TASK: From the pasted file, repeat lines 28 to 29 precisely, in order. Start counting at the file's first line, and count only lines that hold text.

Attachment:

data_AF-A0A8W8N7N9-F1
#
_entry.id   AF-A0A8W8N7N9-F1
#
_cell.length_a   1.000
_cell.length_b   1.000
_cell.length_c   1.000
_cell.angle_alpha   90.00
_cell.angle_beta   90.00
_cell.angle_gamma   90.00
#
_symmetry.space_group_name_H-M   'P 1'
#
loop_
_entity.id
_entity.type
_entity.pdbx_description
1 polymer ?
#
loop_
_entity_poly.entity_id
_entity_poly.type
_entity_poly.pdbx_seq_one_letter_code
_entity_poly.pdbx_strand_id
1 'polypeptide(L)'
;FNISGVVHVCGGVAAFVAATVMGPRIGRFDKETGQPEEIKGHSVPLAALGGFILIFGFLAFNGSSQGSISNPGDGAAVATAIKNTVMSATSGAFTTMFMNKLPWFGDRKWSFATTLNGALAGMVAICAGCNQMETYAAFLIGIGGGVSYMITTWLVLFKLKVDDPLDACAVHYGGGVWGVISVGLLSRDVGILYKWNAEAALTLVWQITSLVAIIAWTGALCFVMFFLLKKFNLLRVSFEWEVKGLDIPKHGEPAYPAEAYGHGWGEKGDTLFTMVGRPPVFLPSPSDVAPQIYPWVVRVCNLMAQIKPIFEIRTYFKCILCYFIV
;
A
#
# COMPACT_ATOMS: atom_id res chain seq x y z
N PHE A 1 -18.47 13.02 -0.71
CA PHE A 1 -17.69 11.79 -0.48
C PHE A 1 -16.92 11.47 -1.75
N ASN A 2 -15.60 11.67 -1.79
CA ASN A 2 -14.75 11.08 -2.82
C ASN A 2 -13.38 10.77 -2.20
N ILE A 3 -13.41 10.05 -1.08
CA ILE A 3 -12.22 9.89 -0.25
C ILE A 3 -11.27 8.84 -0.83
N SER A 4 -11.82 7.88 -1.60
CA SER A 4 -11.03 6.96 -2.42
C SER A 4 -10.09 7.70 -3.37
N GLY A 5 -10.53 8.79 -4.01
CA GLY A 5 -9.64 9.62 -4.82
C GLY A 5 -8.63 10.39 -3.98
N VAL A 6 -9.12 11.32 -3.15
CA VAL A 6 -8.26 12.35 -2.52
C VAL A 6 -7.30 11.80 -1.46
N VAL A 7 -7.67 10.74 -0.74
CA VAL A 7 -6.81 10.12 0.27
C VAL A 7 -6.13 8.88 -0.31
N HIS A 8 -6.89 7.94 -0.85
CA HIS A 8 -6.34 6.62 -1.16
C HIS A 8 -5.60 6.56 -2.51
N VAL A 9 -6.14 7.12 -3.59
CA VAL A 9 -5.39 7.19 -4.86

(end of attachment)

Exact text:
A
#